I've been in many debates about the virtues
of "knowing what's going on in the world." It's a common
belief that keeping up with the news is important.
If you have that belief, I invite you to
really examine its merit. I think you'll find it comes up short.
The belief itself is probably another fear-tactic used by the
news media. It is in their interest, of course, to make us all
believe something bad will happen to us if we don't know what's
going on in the world.
But I haven't read a newspaper or watched
television news or listened to it on the radio for about eighteen
years now, except for very few times, and nothing bad has happened
to me. And something good has happened: I have saved myself from
being steeped in a worldview that makes the world a scarier,
more dangerous place than it really is. (Read more about that here.)
Keeping abreast of current events gives
workmates something to talk about besides the weather, but that's
not much of a benefit, considering the cost of living your life
in a frightening world, which seems to be the end-product of
years of "keeping up on the news." People who regularly
watch the news have a world view that would never have formed
if the only thing they dealt with was the real world they live
A survey by the Harvard School of Public
Health found that although a person's risk of getting seriously
injured in a car accident is only about five percent, most people
believed it was more like fifty percent. Men thought they had
a one in three chance of getting prostrate cancer, but it is
actually more like one in ten. Women thought they had a forty
percent chance of getting breast cancer when actually it's more
like ten percent. And for diabetes, HIV and strokes, most people
thought they had twice the chance as they actually do.
Where do you think we get these worries?
Do we make them up because we're all worryworts? Not likely.
Newscasters have a choice: Scare the bejeezus out of us, or go
out of business. (Read more about the media's negative bias here.)
the safe route
In a brilliant article called The Rout of Doubt, Jacob Weisberg criticized
the pessimists in the media and pointed out that there is a "built-in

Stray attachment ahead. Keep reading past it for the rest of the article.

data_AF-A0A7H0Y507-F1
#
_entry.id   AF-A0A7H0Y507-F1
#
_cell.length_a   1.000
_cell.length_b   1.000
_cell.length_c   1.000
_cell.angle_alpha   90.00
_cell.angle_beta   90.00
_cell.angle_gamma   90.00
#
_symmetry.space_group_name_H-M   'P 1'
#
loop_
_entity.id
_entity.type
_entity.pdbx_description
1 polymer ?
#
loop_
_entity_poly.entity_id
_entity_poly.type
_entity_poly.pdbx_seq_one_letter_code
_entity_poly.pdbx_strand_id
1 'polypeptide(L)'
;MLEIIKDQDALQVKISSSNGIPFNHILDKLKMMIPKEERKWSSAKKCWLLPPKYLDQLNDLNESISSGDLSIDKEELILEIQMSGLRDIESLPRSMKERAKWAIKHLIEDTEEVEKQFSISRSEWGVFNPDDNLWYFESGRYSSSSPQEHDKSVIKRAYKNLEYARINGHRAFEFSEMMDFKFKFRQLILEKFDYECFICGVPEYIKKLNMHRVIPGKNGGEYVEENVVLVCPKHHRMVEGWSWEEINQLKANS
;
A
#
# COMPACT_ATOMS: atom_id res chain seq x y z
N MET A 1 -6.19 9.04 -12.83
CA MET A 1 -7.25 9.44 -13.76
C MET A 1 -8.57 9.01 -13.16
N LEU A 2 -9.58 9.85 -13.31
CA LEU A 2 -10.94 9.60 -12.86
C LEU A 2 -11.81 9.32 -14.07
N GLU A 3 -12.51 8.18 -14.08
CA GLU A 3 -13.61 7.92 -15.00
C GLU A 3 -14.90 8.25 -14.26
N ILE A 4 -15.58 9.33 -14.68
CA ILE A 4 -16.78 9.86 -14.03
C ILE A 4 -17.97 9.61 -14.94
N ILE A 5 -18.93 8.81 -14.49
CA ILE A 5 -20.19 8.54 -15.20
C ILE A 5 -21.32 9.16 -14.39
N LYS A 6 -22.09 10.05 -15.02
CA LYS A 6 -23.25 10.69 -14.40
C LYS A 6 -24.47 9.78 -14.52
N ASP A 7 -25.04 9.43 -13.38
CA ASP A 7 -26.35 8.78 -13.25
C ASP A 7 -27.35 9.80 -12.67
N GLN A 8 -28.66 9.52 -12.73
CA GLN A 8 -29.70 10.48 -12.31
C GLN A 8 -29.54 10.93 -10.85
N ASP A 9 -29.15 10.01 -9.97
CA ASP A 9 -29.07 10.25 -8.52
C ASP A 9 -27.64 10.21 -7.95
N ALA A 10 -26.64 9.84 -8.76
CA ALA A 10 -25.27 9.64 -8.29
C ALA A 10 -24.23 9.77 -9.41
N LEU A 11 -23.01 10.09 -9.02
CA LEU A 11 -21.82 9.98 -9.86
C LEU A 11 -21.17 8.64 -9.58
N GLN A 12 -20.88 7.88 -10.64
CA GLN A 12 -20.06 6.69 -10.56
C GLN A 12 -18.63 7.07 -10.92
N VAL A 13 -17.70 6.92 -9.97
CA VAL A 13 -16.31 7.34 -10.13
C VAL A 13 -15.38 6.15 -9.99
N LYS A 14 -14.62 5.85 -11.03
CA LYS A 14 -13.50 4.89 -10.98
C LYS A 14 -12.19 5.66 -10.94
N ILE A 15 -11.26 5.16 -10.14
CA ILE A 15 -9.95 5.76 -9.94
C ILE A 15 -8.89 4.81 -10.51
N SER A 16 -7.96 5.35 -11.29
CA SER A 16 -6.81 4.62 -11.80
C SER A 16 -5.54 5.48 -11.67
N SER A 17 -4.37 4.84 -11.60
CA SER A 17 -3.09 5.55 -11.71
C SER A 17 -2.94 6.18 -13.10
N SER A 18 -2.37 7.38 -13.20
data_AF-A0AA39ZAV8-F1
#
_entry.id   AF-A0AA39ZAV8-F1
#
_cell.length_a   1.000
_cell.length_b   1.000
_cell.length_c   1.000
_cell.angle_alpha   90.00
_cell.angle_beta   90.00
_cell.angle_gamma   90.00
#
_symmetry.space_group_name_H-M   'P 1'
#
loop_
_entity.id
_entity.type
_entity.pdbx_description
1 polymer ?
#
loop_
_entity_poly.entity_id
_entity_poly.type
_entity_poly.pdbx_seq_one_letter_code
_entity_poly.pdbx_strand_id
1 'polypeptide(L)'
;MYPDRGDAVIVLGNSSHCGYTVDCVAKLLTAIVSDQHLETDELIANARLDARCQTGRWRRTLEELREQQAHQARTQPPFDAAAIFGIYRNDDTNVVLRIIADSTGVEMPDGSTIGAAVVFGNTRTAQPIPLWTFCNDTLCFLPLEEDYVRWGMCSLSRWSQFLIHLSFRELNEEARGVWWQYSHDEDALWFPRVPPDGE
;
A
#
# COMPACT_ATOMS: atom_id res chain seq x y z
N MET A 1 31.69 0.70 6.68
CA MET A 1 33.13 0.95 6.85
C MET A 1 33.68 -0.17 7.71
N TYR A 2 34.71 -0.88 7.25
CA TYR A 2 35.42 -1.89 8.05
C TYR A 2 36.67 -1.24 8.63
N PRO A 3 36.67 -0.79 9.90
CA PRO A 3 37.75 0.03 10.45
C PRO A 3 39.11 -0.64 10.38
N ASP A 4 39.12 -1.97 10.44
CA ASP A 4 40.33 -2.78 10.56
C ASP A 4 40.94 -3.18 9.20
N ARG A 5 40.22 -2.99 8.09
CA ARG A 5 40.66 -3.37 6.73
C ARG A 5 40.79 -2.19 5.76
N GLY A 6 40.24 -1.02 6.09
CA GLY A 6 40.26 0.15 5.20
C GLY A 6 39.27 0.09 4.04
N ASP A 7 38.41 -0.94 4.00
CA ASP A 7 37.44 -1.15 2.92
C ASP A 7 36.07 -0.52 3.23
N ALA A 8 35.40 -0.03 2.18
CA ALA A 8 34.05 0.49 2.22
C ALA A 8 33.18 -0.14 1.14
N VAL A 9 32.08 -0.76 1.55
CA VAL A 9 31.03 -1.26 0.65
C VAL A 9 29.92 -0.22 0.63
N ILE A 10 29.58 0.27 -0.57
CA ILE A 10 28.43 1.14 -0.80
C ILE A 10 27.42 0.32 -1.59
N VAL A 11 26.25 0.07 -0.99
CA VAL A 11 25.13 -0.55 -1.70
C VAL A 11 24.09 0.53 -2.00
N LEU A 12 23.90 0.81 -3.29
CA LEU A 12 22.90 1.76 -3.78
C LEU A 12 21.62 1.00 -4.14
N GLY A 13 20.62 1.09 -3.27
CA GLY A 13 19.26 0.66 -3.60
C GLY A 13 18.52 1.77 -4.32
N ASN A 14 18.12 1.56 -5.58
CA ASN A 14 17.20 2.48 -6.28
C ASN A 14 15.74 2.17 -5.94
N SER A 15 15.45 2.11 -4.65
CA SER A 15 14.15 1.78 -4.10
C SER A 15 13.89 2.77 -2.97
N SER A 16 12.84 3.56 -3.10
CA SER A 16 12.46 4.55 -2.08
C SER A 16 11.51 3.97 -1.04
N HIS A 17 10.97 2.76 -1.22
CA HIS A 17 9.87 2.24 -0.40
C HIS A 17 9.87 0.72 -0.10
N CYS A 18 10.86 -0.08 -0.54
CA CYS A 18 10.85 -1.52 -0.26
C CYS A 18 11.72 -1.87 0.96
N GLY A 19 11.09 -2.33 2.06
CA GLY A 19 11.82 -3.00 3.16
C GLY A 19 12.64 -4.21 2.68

media bias toward pessimism." Defeatism gets better ratings
than confidence. The cards are stacked in favor of pessimism.
As Weisberg points out, if a pessimistic commentator later turns
to be right, he looks great. If things turn out better than the
commentator predicted, he only looks cautious. Looking cautious
is not a bad thing for a commentator.
On the other hand, if he speaks positively
and confidently and turns out to be wrong, he looks naive, foolish,
and unsophisticated. And it is much better for a commentator
to look careful than to look naive. The result is an automatic
pessimistic stance on everything. It's the safest thing to do.
The problem is, of course, that this pessimistic
point of view is being broadcast far and wide, influencing people,
infecting minds with pessimism, cynicism, and defeatism, undermining
the viewers' determination, weakening their ability to achieve
their goals, ruining the viewers' moods, impairing their health.
Have I overstated my case? Look at the facts in Pessimism and Health before you pass judgment.
I may actually be understating my case.
Norman Schwarzkopf, the general in charge
of operations in the first Gulf War, deliberately underestimated
the damage they were doing to Iraq's military during the war.
I remember being surprised when the war suddenly ended and surprised
at how thoroughly Iraq's army had been destroyed. "We're
trying to be deliberately conservative," said Schwarzkopf
at the time. "We don't want to mislead anybody. We don't
want to tell you we've done something we haven't done
we announce something to you that something's happened, you can
take it to the bank."
All good intentions. And you can see how
these good intentions can lead to a continuous representation
of the world as worse than it really is. It is easy to see why
so many people seem to be so pessimistic and cynical.
The good news is that once you know how
it operates, you become somewhat immune to its influence, rather
like being familiar with a sales technique makes you immune to